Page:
Atheists in trenchesThe New York Times sported a front page story extolling the actions and familial love of Rev. Frank Schaefer, a United Methodist minister, whose son Tim, now 30, had been raised  in his father’s conservative church in West Germany, Pennsylvania, where sermons, policy and the congregation embodied the belief that homosexuality was a sin, and gay marriage a monstrosity.  Then, after he had contemplated suicide, Tim told his father he was gay, and later that he wanted to wed his same-sex partner. The loving father accepted his son and presided over the wedding, causing him to become a target of criticism in his church, and the defendant in a church trial. To the Times reporter, Michael Paulson, he is an unequivocal hero.

He did the right thing, no question, just as Dick Cheney and Republican Senator Rob Portman did the right thing by changing their position on gay marriage when their children showed them the human side of the issue. I also agree that it takes courage to admit you are wrong, and that being able to change one’s ethical analysis is an essential ability for all of us. Indeed, in this post, I designated as an Ethics Hero an outspoken gay marriage opponent for changing his position after he became friends with gay men and women, leading him to realize, as he put it, that Continue reading

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Filed under Character, Childhood and children, Ethics Heroes, Family, Gender and Sex, Journalism & Media, Leadership, Religion and Philosophy, U.S. Society

Ethics Quiz: Is It Ethical For The President To Cut In Line?

"I'm more important than you are, so I'm cutting in line."

“I’m more important than you are, so I’m cutting in line.”

[Fred, who sent me this one, prefaced it by writing, "You'll love this." He was right. I do. I also hate it.]

News Item ( Austin 360):

“Following his speech at the Paramount, President Obama’s motorcade traveled to Franklin Barbecue on East 11th Street. The restaurant is well known for its great brisket and extremely long waits, but the president circumvented that using the powers of his office. “I know this is a long line. I feel real bad, but – I’m gonna cut,” Obama said, according to a pool report from the Statesman’s Chuck Lindell. [Owner] Aaron Franklin told the Statesman’s Ciara O’Rourke that nobody cuts the line at Franklin … except Obama.”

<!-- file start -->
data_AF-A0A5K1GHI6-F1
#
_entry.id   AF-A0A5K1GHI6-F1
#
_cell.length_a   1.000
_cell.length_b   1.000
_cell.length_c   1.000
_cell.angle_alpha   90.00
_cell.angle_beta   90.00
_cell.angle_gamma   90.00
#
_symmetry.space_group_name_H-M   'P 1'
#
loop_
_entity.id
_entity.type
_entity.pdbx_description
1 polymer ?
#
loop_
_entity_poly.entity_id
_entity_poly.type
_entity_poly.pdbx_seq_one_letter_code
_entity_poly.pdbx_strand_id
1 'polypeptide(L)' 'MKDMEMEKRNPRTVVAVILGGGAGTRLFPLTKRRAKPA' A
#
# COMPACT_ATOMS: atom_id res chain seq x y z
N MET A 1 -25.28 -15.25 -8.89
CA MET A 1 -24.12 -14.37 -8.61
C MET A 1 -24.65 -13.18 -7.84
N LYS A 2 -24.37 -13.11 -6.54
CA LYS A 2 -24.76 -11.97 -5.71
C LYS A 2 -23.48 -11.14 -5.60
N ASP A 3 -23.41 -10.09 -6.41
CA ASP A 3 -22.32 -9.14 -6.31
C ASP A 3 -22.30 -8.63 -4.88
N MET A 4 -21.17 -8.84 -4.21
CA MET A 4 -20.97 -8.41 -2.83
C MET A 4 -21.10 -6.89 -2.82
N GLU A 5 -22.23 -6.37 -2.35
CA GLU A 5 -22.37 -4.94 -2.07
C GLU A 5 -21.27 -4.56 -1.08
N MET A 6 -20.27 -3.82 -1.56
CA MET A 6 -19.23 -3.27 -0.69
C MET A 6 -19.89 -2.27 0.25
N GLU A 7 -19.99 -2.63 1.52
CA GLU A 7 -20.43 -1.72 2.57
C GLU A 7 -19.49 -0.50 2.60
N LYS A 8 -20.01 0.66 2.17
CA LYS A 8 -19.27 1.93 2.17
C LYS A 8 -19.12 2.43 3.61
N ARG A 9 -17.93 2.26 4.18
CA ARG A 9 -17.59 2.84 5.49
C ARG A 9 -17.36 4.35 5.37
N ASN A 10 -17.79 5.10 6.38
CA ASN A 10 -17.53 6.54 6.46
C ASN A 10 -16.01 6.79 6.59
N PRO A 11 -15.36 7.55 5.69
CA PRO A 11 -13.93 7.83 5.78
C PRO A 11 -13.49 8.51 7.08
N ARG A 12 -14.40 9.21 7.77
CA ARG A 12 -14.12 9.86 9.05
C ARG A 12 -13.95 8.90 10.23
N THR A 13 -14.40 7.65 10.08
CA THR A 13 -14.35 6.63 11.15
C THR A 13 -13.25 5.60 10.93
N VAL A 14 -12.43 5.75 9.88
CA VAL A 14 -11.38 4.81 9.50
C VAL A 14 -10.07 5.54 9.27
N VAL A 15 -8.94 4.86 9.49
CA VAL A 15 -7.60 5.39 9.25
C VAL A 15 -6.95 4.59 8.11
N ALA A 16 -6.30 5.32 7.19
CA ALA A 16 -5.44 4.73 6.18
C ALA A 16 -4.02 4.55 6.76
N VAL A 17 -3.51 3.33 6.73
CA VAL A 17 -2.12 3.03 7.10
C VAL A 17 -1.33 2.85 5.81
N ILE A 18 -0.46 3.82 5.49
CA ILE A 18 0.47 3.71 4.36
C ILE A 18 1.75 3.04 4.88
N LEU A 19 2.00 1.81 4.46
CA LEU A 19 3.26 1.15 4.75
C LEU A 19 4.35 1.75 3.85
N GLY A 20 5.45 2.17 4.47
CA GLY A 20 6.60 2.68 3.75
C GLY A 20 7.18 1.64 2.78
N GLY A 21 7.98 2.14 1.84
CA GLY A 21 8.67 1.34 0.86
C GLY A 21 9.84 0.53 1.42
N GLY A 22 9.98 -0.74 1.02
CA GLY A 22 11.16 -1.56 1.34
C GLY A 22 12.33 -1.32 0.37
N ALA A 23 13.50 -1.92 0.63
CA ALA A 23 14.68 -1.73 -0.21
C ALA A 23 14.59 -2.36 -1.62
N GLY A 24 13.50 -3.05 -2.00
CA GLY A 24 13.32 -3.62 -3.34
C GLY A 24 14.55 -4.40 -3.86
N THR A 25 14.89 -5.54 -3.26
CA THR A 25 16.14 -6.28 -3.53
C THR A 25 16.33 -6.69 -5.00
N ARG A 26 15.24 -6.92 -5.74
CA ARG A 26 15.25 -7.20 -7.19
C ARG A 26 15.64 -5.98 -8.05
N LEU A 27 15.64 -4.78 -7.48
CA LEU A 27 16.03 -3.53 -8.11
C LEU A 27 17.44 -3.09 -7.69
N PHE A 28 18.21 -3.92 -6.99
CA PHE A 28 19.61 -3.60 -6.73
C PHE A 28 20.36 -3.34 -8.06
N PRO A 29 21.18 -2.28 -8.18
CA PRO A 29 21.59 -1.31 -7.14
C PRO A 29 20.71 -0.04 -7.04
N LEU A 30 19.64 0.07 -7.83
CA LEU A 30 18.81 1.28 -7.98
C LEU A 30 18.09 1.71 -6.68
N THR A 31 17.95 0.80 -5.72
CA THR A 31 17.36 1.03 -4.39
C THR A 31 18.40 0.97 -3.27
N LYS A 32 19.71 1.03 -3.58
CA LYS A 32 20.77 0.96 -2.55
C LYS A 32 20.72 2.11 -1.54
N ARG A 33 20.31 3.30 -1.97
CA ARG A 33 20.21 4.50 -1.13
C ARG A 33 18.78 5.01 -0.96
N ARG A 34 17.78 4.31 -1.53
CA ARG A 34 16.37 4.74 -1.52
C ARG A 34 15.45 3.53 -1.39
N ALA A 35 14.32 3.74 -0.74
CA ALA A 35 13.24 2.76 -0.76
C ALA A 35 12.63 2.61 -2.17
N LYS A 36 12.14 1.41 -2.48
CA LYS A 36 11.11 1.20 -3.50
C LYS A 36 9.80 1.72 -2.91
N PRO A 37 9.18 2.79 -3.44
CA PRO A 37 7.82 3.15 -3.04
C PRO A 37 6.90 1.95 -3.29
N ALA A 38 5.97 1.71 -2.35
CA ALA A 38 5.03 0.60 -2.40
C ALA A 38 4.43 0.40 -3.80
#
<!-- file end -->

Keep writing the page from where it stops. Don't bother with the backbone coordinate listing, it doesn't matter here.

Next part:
Your Ethics Alarms Ethics Quiz of the Day:

Is it ethical for the President of the United States to cut into a line for goods or services?

Can you guess my answer?

It’s not just “no,” but “Hell, no!”

Talk about the Imperial Presidency! There is no basis, justification or excuse whatsoever for the President to cut into line under these circumstances, especially by saying, “I’m gonna cut.” The proper answer to that, my friends, is “No, you’re not, Mister President. Why don’t you ask politely, and maybe everyone ahead of you will be magnanimous and agree?” Continue reading

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Filed under Character, Citizenship, Etiquette and manners, Government & Politics, Leadership, U.S. Society

Ethics Dunce: Federal Judge Richard G. Kopf

"Oh dear...and he looks like such a NICE federal judge!"

“Oh dear…and he looks like such a NICE federal judge!”

Richard G. Kopf is a senior district court judge on the U.S. District Court for the District of Nebraska, and a blogger. He is also,I would say obviously, an Ethics Dunce. Why?

He told the U.S. Supreme Court to shut the fuck up.

He really did.

That he did this on his blog, Hercules and the Umpire, doesn’t matter. It was in print, in public, and he’s a Federal judge. The obscenity came in the context of Judge Kopf’s criticism of the recent Hobby Lobby decision, but the context doesn’t matter either. There is no context in which it would be appropriate, judicial and ethical for a member of the judiciary to tell the Supreme Court of the United States to shut the fuck up. Nor does it matter that he used the texting code stfu rather than spelling out the words.

For a Federal judge to be openly disrespectful, uncivil and abusive to the top of the nation’s judicial branch is an assault on the rule of law, and undermines public respect for our institutions. As lawyer and blogger Rich Hasen wrote, Continue reading

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Filed under Character, Ethics Alarms Award Nominee, Ethics Dunces, Etiquette and manners, Government & Politics, Law & Law Enforcement, The Internet, Unethical Blog Post

Comment of The Day (Public Service Message Division): “Wanetta Gibson Is Even Worse Than We Thought”

Wait a second...I'm getting my rifle...

Wait a second…I’m getting my rifle…

We haven’t had one of these in a while, and I’m feeling like having a good fish-shoot in the ol’ barrel, so here we go….

Apparently there has been another development in the Wanetta Gibson saga—I know this because the last post about this horrible woman is suddenly getting traffic again—and this has moved one Terrance Skerrette—I sure hope there’s just one— to enter one of those periodic comments I receive here that serves as a public service announcement for the ethically-challenged. You know the kind—Saturday Night Live parodies of such spots used to be a staple:

“Hello. I’m Jack Marshall, and this is Terrance. Terrance was raised in an environment that left him with an inability to understand ethics. That’s right–he will go through life justifying horrendous conduct by using rationalizations, hideous logic, and warped values. Will you help Terrance? No, he can’t be helped by treatment, but perhaps, if you give generously, we can provide him with a comfortable shack in the forest and plenty of food, so he can live comfortably without infecting anyone else with his hopeless ethical ignorance and dangerous excuses for terrible conduct. Please send your generous contributions to “Help Terrance,” care of Ethics Alarms. Thank you. Terrance would thank you too, but he probably thinks you are evil.”

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Filed under Character, Childhood and children, Comment of the Day, Ethics Alarms Award Nominee, Family, Gender and Sex, Law & Law Enforcement, Romance and Relationships, U.S. Society